American Normativity and the American Way of War
In this, the third installment on American normativity, I will discuss the spread of Americana through the media and suggest that non-Americans are also vested in Americana. Our depictions of American culture through the Internet, movies, novels, and video games represent Americana abroad. Specifically then, I am discussing the notion of being vested in Americana through the expansion of American media.
The difficulty, however, in discussing the complications in the rapid spread of American culture throughout the world, affects both non-Americans and Americans living abroad. There is certainly lots of research to be done describing the transmission of culture over the Internet, or even the conception of the Internet as culture, but the particularities of that investigation are not at the heart of my interests.
My concern, here, is to identify how the spread of American ideals and practices influence specifically non-Americans; that is, how does the influence of Americana reshape cultural practices abroad? First, to answer this question requires that I offer an example of an American practice that has spread abroad, which was beneficial, detrimental, or inconsequential in its cultural influence for exclusively non-Americans.
Next, I will have to demonstrate that the influence of this practice has specifically reshaped the existing practice, and finally describe any tendencies to assume traditional practices, that is, original practices prior to American influence.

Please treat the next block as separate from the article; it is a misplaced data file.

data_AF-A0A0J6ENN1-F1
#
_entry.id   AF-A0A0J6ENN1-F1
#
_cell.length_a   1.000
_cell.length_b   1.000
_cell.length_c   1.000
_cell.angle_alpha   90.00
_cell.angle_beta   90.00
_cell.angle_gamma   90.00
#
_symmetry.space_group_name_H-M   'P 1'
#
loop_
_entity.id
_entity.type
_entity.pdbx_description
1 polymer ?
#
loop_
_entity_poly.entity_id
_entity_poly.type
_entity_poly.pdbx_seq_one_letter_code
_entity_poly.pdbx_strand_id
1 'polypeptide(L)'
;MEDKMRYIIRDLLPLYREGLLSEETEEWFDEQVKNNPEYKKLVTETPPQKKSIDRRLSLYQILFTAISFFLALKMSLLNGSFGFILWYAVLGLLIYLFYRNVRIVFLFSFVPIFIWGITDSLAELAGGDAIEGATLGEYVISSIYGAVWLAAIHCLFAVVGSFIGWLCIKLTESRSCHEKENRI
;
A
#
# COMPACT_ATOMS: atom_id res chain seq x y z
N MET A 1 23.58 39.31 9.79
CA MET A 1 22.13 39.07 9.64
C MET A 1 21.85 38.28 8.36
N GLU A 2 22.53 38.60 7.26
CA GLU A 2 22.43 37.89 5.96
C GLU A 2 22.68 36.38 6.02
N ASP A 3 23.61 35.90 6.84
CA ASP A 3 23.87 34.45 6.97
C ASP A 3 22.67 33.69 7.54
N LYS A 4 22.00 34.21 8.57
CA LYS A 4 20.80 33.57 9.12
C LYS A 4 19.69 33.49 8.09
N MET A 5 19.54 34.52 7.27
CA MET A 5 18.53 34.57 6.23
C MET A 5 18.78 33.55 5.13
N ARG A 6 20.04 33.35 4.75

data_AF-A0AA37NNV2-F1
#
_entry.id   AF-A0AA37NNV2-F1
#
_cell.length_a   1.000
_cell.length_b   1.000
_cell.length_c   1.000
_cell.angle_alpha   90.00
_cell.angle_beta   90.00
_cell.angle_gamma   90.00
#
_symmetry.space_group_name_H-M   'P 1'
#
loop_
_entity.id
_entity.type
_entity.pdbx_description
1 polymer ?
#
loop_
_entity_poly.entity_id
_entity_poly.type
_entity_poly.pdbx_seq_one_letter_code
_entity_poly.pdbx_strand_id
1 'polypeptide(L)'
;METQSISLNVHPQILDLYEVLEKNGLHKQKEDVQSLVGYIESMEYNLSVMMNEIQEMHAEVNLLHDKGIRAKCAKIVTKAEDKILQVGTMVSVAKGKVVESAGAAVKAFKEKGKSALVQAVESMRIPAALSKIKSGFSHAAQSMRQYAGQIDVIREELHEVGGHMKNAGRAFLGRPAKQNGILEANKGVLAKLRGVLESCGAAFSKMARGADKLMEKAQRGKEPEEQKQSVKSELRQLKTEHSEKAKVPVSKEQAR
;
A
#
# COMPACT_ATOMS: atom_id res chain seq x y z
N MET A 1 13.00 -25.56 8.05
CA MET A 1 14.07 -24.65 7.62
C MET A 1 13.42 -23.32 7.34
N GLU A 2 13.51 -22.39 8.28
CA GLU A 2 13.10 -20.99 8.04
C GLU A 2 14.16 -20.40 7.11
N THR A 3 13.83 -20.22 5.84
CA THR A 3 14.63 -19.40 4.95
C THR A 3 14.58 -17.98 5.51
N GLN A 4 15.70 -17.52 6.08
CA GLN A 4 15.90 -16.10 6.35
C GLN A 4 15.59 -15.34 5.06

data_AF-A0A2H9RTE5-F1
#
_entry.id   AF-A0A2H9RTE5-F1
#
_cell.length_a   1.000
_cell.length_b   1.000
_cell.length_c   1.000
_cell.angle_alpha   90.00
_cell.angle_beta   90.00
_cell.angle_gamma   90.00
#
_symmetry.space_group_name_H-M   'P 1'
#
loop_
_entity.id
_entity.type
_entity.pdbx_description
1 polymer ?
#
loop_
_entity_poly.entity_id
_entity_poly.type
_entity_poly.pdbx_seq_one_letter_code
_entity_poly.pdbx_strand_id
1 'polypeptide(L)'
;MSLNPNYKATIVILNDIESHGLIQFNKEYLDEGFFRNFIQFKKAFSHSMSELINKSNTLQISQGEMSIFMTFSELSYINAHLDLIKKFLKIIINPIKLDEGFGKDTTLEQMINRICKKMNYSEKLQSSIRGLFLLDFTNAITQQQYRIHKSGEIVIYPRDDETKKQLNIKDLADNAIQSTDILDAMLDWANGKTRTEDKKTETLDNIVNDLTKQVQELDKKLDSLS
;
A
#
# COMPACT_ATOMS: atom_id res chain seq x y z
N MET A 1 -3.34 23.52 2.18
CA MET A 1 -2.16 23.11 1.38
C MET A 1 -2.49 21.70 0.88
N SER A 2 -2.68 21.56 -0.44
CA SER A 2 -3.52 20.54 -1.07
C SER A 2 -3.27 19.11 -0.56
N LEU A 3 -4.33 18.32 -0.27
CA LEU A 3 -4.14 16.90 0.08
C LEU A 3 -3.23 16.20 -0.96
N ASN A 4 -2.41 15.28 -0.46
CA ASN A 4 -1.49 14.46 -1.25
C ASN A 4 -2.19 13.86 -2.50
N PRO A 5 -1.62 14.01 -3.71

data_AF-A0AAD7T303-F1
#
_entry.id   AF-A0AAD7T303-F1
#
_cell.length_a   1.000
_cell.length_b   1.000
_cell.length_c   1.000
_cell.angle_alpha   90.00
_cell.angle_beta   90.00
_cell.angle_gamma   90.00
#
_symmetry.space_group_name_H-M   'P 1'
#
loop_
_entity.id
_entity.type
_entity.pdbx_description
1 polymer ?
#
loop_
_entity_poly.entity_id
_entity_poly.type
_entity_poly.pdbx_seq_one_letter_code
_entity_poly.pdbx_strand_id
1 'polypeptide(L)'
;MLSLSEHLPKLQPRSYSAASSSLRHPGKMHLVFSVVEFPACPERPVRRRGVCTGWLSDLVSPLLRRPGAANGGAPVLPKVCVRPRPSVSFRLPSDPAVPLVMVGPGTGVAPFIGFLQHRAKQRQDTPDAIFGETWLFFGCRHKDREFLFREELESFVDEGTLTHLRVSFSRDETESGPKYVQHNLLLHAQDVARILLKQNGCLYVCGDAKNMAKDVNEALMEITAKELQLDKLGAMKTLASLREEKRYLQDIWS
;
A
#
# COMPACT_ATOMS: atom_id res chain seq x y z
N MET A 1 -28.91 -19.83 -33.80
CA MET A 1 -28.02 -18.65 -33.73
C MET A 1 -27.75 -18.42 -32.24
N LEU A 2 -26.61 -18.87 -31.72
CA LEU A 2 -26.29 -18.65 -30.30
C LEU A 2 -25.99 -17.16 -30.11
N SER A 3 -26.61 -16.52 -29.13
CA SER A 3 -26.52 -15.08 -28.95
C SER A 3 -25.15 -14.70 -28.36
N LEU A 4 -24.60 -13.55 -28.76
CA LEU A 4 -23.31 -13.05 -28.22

Being a Gen-xer, which is roughly classified as those individuals born between the early-to-mid 1960s and 1980, I am a product of the Vietnam War, two wars in Iraq, a Cold War, a war on drugs, war on terror, a looming war in Afghanistan, Columbine, Vtech, Pac’s murder, Biggie’s murder, Kurt Cobain’s suicide, and the list goes on.
I am a product of war, and everything that I perceive informs me of war. The life of every Gen-xer is undeniably influenced by this incessant and inescapable proclivity to war. Seemingly, Americans are always postured, always ready for war.
Our fascination with post-apocalyptic society, which is reflected throughout our culture with movies like the Matrix, novels like The Watchmen, and I am Legend does, in my opinion, surface as a manifestation of the guilt of having bombed Japan. To my knowledge, Japan is the only post-apocalyptic culture on the face of the earth, and yet we are the ones terrified of the big bomb, the ominous red phone, mass extermination, and life after destruction.
There is, however, life after destruction. But it is so much harder to build than it is to destroy. Granted, I am not suggesting Americans are only good at war, but it may be our best export. It may be the very thing that non-American’s associate with America.
It would be an interesting study to travel abroad and asks thousands of non-Americans about their favorite American movies and characters in movies. If you are a non-American, stop reading for a moment and ask yourself that question. Who is your favorite character in an American movie? What is your favorite American movie?
Is it Rambo, the Terminator, Dirty Harry, the Predator, Jason, Freddy, Jigsaw, Agent Smith, or Cobra Commander? Is it Platoon, Full Metal Jacket, Psycho, or Apocalypse Now? I love all of these characters and all of these movies. I was raised on violence. I was acculturated in violence.